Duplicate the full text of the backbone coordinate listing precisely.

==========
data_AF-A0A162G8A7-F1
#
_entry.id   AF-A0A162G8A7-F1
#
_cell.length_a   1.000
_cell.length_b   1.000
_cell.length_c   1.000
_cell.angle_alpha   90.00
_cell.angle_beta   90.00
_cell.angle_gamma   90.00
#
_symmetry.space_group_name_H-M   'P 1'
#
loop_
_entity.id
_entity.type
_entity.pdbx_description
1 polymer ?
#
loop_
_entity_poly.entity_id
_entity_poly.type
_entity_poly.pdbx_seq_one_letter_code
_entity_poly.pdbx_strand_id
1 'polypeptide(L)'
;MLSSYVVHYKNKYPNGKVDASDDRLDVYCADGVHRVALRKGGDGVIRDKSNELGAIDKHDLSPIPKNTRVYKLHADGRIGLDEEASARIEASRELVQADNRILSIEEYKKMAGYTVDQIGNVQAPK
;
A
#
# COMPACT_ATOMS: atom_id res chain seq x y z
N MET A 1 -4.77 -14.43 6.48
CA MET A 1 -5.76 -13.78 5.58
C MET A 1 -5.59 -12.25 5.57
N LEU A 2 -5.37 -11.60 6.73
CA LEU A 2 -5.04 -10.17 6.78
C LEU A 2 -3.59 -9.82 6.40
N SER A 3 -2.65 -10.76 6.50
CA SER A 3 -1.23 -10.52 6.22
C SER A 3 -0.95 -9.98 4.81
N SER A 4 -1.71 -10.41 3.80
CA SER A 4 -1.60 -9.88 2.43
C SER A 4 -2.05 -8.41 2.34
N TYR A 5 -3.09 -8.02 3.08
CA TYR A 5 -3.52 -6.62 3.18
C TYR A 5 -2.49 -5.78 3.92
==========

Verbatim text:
data_AF-A0A162G8A7-F1
#
_entry.id   AF-A0A162G8A7-F1
#
_cell.length_a   1.000
_cell.length_b   1.000
_cell.length_c   1.000
_cell.angle_alpha   90.00
_cell.angle_beta   90.00
_cell.angle_gamma   90.00
#
_symmetry.space_group_name_H-M   'P 1'
#
loop_
_entity.id
_entity.type
_entity.pdbx_description
1 polymer ?
#
loop_
_entity_poly.entity_id
_entity_poly.type
_entity_poly.pdbx_seq_one_letter_code
_entity_poly.pdbx_strand_id
1 'polypeptide(L)'
;MLSSYVVHYKNKYPNGKVDASDDRLDVYCADGVHRVALRKGGDGVIRDKSNELGAIDKHDLSPIPKNTRVYKLHADGRIGLDEEASARIEASRELVQADNRILSIEEYKKMAGYTVDQIGNVQAPK
;
A
#
# COMPACT_ATOMS: atom_id res chain seq x y z
N MET A 1 -4.77 -14.43 6.48
CA MET A 1 -5.76 -13.78 5.58
C MET A 1 -5.59 -12.25 5.57
N LEU A 2 -5.37 -11.60 6.73
CA LEU A 2 -5.04 -10.17 6.78
C LEU A 2 -3.59 -9.82 6.40
N SER A 3 -2.65 -10.76 6.50
CA SER A 3 -1.23 -10.52 6.22
C SER A 3 -0.95 -9.98 4.81
N SER A 4 -1.71 -10.41 3.80
CA SER A 4 -1.60 -9.88 2.43
C SER A 4 -2.05 -8.41 2.34
N TYR A 5 -3.09 -8.02 3.08
CA TYR A 5 -3.52 -6.62 3.18
C TYR A 5 -2.49 -5.78 3.92